Answered by: Ryan

-How long did it take to record the Vulturous demo?

Well I believe that you mean the Quadrology of Sorrow demo since that it is our newest demo. It was recorded during one weekend in 'Aabenraa studiet' with Jacob Hansen, one of Denmark's best producers. The tracks on Quadrology of Sorrow were composed during three months which was pretty fast for us at the time because of school, work and so on.

-What difficulties did you run into while recording?

How do you know that we've run into difficulties? Well, Jesper's amplifier broke so he had to drive home and pick up another one, which means that the last bit of Visions of Tragedy was recorded with a different amplifier. Jacob Hansen, however, managed to mix it so that it's almost impossible to hear. Besides from that there was also some musical stuff which we had to change since what we originally intended to do didn't give the wanted effect.

-What shows have you played?

We've played at about 20 concerts with different Danish bands. But it's only during the last year and a half that we have played with big bands. We have planned a few live-shows here in Denmark from now till August. Among others we are going to play at a festival with about 10.000 visitors and another one with Amon Amarth, Blazing Eternity, Aurora etc.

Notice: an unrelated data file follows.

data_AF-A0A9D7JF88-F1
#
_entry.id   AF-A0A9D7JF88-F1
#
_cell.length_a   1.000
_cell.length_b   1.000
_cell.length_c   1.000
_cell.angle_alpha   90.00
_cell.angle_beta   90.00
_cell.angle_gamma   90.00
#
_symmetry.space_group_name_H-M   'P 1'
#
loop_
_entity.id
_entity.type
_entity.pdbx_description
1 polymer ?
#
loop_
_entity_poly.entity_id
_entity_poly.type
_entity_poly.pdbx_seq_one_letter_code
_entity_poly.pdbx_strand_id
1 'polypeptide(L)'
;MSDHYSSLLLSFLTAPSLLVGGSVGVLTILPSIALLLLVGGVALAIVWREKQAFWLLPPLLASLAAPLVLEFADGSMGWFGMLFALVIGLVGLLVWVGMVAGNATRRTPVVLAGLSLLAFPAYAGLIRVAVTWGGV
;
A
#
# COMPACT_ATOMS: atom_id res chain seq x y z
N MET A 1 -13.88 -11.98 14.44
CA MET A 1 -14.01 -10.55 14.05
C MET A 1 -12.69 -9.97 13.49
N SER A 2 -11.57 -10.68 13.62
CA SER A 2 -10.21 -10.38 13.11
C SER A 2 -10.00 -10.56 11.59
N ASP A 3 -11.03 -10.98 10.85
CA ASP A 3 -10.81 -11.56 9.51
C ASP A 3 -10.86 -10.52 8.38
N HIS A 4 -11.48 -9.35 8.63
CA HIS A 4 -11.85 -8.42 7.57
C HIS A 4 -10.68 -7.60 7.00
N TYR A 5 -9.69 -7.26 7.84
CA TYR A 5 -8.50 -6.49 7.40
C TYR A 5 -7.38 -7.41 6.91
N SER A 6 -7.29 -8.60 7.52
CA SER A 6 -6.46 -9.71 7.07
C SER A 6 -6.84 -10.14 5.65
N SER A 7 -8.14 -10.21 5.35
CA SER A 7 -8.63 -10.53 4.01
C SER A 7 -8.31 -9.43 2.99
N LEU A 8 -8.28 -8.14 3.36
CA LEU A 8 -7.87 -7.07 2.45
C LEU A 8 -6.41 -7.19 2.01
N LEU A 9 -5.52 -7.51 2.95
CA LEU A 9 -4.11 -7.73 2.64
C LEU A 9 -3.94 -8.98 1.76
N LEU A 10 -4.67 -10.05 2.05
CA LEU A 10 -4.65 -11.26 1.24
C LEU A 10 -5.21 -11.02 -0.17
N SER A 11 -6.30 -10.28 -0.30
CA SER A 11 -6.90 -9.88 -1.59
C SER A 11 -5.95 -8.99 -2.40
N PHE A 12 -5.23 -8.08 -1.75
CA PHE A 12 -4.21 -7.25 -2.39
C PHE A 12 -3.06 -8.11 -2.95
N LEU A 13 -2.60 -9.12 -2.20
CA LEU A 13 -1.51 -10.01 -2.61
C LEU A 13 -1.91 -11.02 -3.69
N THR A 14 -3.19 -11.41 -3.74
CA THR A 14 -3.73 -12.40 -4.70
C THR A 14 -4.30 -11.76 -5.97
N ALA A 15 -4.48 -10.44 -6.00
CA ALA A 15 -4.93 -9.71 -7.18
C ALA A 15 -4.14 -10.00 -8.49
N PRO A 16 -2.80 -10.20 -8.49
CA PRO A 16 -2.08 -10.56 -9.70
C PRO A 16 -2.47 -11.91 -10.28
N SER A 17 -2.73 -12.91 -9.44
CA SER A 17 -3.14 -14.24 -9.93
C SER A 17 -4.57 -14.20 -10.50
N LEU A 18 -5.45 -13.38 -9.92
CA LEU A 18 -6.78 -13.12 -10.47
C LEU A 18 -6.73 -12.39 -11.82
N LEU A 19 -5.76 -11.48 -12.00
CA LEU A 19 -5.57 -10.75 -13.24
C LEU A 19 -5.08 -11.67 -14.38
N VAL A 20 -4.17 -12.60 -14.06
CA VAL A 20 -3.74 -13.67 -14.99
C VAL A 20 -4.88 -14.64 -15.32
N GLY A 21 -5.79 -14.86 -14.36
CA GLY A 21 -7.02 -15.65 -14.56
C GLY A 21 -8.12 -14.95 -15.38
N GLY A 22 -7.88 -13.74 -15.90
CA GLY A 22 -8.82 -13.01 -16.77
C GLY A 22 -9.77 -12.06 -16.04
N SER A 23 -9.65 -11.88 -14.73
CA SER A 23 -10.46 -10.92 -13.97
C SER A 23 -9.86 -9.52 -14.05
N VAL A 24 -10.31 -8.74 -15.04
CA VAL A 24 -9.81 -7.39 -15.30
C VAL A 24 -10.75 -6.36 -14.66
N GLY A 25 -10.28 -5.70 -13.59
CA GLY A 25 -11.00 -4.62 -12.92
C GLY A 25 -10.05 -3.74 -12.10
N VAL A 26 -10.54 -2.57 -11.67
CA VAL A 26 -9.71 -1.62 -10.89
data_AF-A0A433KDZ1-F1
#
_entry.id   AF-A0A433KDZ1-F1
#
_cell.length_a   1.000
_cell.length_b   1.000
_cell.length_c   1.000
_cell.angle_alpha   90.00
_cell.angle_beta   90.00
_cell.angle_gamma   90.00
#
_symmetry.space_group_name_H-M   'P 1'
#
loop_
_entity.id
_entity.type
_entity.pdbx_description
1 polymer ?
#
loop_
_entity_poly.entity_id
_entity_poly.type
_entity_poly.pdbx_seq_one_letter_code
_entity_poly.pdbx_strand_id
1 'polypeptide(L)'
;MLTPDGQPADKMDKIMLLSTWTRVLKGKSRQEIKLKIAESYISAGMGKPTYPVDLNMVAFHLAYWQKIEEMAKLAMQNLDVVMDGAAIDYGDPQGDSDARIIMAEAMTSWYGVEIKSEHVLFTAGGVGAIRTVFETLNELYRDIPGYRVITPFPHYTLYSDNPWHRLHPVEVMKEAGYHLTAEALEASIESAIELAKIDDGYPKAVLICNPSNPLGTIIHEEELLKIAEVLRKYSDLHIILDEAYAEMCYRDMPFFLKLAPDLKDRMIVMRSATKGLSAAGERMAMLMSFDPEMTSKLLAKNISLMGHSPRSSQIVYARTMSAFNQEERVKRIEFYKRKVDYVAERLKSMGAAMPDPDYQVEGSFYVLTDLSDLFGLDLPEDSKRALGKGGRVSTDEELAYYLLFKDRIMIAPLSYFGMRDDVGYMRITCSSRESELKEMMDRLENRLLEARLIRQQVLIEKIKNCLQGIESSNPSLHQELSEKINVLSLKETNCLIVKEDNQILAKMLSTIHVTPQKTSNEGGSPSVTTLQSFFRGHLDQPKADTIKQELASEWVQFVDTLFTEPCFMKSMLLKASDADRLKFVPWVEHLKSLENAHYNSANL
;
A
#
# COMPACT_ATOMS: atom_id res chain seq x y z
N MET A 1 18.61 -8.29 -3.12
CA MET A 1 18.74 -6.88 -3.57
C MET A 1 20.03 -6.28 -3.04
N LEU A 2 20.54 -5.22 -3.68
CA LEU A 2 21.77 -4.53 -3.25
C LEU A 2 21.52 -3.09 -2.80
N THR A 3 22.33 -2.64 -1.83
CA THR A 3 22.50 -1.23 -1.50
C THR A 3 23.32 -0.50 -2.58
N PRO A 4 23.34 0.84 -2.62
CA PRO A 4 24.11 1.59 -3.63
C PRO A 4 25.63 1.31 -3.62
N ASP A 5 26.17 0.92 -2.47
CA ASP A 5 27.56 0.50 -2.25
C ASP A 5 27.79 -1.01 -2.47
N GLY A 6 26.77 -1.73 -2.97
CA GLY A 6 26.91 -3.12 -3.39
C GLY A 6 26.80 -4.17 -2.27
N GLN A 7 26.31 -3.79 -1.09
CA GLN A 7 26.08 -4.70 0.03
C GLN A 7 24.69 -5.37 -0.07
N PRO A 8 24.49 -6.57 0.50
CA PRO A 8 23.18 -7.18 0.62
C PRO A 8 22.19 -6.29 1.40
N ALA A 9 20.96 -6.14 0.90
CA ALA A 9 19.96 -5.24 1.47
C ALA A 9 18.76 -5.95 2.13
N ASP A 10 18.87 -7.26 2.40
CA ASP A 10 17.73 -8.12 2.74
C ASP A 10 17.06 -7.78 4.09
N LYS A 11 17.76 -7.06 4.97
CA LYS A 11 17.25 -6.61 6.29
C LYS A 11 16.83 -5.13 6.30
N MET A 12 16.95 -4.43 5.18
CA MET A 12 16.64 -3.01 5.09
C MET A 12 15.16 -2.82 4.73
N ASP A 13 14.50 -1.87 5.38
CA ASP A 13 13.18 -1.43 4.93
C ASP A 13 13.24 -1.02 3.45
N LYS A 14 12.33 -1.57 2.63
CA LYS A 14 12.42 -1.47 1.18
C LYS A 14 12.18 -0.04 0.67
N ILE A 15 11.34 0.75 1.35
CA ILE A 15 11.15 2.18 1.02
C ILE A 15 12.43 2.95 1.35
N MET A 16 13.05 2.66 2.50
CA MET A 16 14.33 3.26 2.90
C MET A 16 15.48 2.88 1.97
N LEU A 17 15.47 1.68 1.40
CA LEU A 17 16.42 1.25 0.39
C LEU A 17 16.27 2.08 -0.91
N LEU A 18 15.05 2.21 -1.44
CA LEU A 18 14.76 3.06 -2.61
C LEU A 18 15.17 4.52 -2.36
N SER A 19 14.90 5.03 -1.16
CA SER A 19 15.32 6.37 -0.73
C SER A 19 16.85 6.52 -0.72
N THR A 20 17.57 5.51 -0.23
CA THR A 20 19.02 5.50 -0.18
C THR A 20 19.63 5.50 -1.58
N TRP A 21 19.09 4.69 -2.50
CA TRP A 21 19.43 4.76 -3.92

-How many copies have you sold of Vulturous?

Once again Quadrology of Sorrow. We haven't sold that many, only about 35, since it was meant to be a promotional cd. Instead we have used most of our efforts to send it out to about 170 different magazines, labels and clubs all over the world. We think this has been quite good for us and we have got a lot of good response. Right now we are discussing a contract with Lost Disciple Records and other labels have said it sounded cool as well, so...

-What do you consider essential listening for inspiration?

It is difficult to mention specific bands as we listen to different music, covering both metal, rock, classical and a bit techno. But as you might have guessed, we don't actually dislike In Flames, Dark Tranquillity etc. And melodic black metal is also appreciated. What we mainly listen to is how others make the music flow and how they make their riffs fit together. It is also informative to examine how different bands form their songs and how they make the instruments contemplate each other.

-How is Denmark's metal different from Sweden's metal?

I don't believe that the difference is that big. Sweden has a lot of well-known bands that play that Gothenburg style, but there are also a lot of Swedish metal bands that don't. In Denmark we haven't got that many well-known metal bands but there are a lot of underground bands on their way up who help each other. A lot of them play melodic death metal but there is also both brutal death metal, black metal, doom etc. Actually it is difficult to describe the Danish scene as there is no specific 'Danish metal.' Some years ago Konkhra and Illdisposed and others played some kind of death metal - more brutal than what we play. I guess that it was the predominant style at the time.

-What is the stage presence like?

We always try to give the audience the best possible experience when going to our concerts and we think that it is important that we create some energy from the stage. We also use clothes that fit the music which makes our show look like a whole. This way the audience is more willing to go slamdancing which makes our performance more intense and so on.
So you must all come and see us (and slamdance?) if we're coming to a town near you!